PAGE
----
Logic for good SPAM detection: In signature based detection, it is good enough to just pick on the Triggers from the individual product vendors and then correlate among them. But if there is a SPAM message that is fresh and does not have a signature pattern, then only behavior based detection will be effective. Several tools today do some behavior based detection. Enterprises who don’t have behavior based systems can look at making use of SIEM to be that system. SIEM is a powerful tool and can do trending, correlation and pattern matching. A simple rule can be written for network log correlation for protocols like SMTP/IMP etc. Typically a value of 25 SPAM messages going to different destinations within a minute is a good indication of SPAM. This value combinations can be throttled (Throttling is a great SIEM topic and one of the classic rule writing as well as throttling ArcSight example can be found here at wymanstocks.com) to get a more accurate SPAM detection rate. This detection is crucial for the response to be triggered.

Responding to SPAM Attacks: Once the SPAM detection is done through signature or behavior based logs, it is important to take a series of responsive actions.

  • Before responding obviously validation needs to be done to ensure we don’t falsely respond to a legitimate email. This is typically done at the SIEM level itself and is the job of a Level 1 Analyst.
  • Then, We need to ensure that the SPAM domain is blocked at the gateway level. This is to ensure that the SPAM does not spread from Internal to External. Some SPAM mails have carefully constructed callback to the domain itself and hence it is important to block it at the gateway.
  • Secondly, we need to ensure that the SPAM spreading is controlled in the Internal Mail Infrastructure. This can be done by putting filtering rules in Exchange to move SPAM messages to the deleted items folder. Similarly for IM also, such rules can be put in the messaging server.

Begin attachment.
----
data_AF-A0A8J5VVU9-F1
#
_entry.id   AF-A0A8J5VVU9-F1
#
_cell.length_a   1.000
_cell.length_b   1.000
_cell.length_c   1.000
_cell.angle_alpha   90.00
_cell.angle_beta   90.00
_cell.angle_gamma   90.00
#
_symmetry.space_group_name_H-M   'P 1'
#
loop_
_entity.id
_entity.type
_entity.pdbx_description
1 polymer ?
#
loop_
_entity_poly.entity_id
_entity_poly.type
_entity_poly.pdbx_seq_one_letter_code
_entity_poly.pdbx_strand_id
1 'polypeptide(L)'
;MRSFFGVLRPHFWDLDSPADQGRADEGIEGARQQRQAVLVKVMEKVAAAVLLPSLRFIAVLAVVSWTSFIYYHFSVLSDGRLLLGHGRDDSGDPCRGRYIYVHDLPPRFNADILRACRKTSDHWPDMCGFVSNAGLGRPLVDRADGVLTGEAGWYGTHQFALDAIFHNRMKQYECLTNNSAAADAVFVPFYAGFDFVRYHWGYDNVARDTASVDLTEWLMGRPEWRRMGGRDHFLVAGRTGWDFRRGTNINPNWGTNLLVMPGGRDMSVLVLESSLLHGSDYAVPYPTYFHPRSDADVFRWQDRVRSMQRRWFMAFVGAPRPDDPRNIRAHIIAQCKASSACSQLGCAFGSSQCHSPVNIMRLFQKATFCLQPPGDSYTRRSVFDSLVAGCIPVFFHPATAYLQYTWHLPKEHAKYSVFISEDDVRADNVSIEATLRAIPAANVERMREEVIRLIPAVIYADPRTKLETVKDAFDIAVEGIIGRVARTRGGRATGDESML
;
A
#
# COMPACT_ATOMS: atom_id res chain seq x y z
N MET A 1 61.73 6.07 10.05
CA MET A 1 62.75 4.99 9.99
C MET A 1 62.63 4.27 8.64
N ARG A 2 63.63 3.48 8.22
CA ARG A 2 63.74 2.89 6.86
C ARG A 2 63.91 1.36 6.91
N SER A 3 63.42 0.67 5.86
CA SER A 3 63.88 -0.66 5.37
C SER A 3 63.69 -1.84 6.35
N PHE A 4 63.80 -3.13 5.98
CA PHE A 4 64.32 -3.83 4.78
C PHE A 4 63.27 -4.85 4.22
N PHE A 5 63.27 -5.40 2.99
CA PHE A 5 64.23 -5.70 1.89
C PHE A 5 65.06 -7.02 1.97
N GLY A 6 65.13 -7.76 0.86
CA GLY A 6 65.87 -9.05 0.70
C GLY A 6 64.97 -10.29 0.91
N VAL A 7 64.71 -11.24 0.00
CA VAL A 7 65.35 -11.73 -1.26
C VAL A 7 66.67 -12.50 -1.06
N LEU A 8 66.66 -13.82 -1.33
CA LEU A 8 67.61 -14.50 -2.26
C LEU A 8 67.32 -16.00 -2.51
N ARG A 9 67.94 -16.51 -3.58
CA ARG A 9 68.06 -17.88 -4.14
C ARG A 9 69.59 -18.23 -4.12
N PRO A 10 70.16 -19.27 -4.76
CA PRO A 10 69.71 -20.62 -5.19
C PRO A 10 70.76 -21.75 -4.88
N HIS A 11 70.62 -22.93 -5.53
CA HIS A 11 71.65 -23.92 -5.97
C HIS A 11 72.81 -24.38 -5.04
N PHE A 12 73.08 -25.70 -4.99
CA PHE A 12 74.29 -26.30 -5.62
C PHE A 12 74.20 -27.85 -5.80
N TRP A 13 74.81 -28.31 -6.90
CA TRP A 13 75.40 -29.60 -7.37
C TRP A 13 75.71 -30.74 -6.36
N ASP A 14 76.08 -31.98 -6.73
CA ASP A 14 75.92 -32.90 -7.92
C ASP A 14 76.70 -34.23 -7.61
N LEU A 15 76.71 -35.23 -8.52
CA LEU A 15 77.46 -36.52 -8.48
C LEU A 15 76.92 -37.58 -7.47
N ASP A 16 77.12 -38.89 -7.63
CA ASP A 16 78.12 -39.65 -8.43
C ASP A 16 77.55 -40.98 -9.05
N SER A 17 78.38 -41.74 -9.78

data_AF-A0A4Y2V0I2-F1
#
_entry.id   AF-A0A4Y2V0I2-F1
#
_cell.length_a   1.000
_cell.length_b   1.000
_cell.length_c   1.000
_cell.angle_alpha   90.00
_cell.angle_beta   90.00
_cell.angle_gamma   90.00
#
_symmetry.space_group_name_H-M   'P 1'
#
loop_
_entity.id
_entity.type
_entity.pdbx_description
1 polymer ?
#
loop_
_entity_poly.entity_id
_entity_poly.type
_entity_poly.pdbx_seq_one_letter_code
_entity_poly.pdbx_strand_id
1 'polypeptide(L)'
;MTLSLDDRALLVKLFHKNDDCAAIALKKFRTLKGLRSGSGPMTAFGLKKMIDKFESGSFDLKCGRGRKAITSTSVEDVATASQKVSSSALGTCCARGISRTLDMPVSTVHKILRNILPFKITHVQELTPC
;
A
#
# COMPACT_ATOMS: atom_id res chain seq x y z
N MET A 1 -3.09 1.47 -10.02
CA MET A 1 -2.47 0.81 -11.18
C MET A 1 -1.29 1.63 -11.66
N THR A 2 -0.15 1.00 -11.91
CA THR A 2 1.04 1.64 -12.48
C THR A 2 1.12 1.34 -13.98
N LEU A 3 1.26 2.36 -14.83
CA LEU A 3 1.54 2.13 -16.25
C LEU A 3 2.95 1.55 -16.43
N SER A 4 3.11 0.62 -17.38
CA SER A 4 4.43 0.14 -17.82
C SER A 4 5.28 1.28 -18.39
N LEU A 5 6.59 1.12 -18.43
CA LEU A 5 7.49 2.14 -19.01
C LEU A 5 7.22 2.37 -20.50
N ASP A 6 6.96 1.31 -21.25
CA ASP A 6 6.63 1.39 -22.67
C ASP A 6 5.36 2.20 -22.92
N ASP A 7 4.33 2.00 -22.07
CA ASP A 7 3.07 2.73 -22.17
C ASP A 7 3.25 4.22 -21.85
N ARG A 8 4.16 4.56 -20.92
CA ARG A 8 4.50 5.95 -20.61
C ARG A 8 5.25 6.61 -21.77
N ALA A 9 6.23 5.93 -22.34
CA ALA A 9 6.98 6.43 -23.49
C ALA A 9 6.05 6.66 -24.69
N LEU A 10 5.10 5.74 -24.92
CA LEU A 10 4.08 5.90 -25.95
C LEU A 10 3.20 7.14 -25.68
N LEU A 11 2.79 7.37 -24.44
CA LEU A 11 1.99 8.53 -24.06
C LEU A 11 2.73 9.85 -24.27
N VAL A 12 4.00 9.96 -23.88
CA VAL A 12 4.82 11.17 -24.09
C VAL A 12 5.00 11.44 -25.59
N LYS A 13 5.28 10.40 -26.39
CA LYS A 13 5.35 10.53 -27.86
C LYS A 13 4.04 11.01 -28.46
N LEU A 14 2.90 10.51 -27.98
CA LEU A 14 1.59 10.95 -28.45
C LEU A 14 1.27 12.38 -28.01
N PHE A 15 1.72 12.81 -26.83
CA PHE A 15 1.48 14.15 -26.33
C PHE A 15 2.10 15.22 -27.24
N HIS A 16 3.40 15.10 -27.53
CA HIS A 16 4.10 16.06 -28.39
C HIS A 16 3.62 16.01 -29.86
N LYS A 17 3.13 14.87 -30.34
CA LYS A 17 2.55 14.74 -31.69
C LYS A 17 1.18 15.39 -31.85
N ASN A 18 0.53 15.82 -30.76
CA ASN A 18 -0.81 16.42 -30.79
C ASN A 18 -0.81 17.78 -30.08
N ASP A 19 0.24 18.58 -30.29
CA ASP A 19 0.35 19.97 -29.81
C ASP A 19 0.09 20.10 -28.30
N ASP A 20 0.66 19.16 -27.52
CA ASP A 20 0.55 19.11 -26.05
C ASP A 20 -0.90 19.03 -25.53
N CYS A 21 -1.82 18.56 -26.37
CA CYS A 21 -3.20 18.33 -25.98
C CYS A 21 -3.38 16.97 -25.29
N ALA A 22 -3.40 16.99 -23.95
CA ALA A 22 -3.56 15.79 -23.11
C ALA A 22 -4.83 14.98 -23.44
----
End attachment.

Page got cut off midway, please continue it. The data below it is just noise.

• Finally, the SPAM has to be cleaned from the individual machines. This is where it gets interesting.
  • There are three major types of users:
    1. Many users are aware of the SPAM and hence they would not have clicked on any of the links available in the mail or the message. These user machines can be remediated by just deleting the SPAM messages.
    2. Some users who are curious would have clicked on the link and then closed it after seeing its suspicious face. Majority of these cases are nothing and get remediated by just deleting the SPAM message. Some targeted SPAM attacks work to just make the user click on the SPAM link and then get re-directed to a Malware Dropper site. In these cases, even though the SPAM mail has been deleted the users are at risk. Hence these user machine have to be validated as well for possible compromise.
    3. Time and again we also see users clicking on the link, keying in all their data to the site and then feeling that nothing wrong has happened to them. These user machines are no longer clean and have to be re-imaged straight away.
  • Once the remediation is done, the appropriate documentation need to be carried out. Again as I said, documentation is vital in a Security Investigation process. Without documentation, it will not be repeatable, it will not be efficient.

Preventing SPAM Attacks: Preventing SPAM is the ultimate goal for every enterprise. Day in and Day out, Enterprise Defenses are being improved to combat SPAM. However, SPAM is mostly an initialization vector and hence it is at the hands of the End-User to be aware of the risks involved with SPAM. So more than the tools and technologies I would say “User Training” is the best way to prevent SPAM. What do you think?

How do you combat SPAM in your enterprise? Sound off in the comments below

 Save as PDF

Follow

Get every new post delivered to your Inbox

Join other followers:

%d bloggers like this: